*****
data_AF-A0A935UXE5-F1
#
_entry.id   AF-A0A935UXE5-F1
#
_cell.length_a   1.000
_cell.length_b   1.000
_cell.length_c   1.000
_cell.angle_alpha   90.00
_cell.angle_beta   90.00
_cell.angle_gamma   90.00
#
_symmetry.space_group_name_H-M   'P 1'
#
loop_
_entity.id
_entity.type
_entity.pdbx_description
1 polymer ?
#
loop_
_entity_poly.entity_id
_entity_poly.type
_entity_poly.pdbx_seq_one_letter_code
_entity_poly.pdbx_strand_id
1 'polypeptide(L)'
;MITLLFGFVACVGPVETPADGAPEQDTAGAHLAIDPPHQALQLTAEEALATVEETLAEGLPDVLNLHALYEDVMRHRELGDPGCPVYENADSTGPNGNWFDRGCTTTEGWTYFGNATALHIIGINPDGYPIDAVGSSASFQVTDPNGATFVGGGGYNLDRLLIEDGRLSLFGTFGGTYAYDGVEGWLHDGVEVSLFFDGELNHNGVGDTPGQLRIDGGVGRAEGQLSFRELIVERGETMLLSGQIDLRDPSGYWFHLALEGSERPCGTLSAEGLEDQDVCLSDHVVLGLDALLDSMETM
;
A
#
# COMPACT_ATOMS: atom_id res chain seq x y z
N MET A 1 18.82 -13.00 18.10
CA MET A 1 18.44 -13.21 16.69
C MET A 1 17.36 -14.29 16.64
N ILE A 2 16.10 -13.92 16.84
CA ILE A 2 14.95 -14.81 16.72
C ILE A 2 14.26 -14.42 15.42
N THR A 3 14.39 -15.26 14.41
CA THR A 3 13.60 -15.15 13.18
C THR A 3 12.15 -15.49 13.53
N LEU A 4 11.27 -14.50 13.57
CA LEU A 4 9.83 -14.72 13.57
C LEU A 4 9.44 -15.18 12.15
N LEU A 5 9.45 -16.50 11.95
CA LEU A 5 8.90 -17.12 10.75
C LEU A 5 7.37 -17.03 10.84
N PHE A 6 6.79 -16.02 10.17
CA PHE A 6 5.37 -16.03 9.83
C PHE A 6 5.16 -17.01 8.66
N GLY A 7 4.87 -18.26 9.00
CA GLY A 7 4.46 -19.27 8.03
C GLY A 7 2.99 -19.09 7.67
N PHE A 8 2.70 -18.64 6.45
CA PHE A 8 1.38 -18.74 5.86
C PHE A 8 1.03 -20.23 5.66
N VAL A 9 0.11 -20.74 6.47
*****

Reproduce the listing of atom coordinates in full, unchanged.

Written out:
data_AF-A0A935UXE5-F1
#
_entry.id   AF-A0A935UXE5-F1
#
_cell.length_a   1.000
_cell.length_b   1.000
_cell.length_c   1.000
_cell.angle_alpha   90.00
_cell.angle_beta   90.00
_cell.angle_gamma   90.00
#
_symmetry.space_group_name_H-M   'P 1'
#
loop_
_entity.id
_entity.type
_entity.pdbx_description
1 polymer ?
#
loop_
_entity_poly.entity_id
_entity_poly.type
_entity_poly.pdbx_seq_one_letter_code
_entity_poly.pdbx_strand_id
1 'polypeptide(L)'
;MITLLFGFVACVGPVETPADGAPEQDTAGAHLAIDPPHQALQLTAEEALATVEETLAEGLPDVLNLHALYEDVMRHRELGDPGCPVYENADSTGPNGNWFDRGCTTTEGWTYFGNATALHIIGINPDGYPIDAVGSSASFQVTDPNGATFVGGGGYNLDRLLIEDGRLSLFGTFGGTYAYDGVEGWLHDGVEVSLFFDGELNHNGVGDTPGQLRIDGGVGRAEGQLSFRELIVERGETMLLSGQIDLRDPSGYWFHLALEGSERPCGTLSAEGLEDQDVCLSDHVVLGLDALLDSMETM
;
A
#
# COMPACT_ATOMS: atom_id res chain seq x y z
N MET A 1 18.82 -13.00 18.10
CA MET A 1 18.44 -13.21 16.69
C MET A 1 17.36 -14.29 16.64
N ILE A 2 16.10 -13.92 16.84
CA ILE A 2 14.95 -14.81 16.72
C ILE A 2 14.26 -14.42 15.42
N THR A 3 14.39 -15.26 14.41
CA THR A 3 13.60 -15.15 13.18
C THR A 3 12.15 -15.49 13.53
N LEU A 4 11.27 -14.50 13.57
CA LEU A 4 9.83 -14.72 13.57
C LEU A 4 9.44 -15.18 12.15
N LEU A 5 9.45 -16.50 11.95
CA LEU A 5 8.90 -17.12 10.75
C LEU A 5 7.37 -17.03 10.84
N PHE A 6 6.79 -16.02 10.17
CA PHE A 6 5.37 -16.03 9.83
C PHE A 6 5.16 -17.01 8.66
N GLY A 7 4.87 -18.26 9.00
CA GLY A 7 4.46 -19.27 8.03
C GLY A 7 2.99 -19.09 7.67
N PHE A 8 2.70 -18.64 6.45
CA PHE A 8 1.38 -18.74 5.86
C PHE A 8 1.03 -20.23 5.66
N VAL A 9 0.11 -20.74 6.47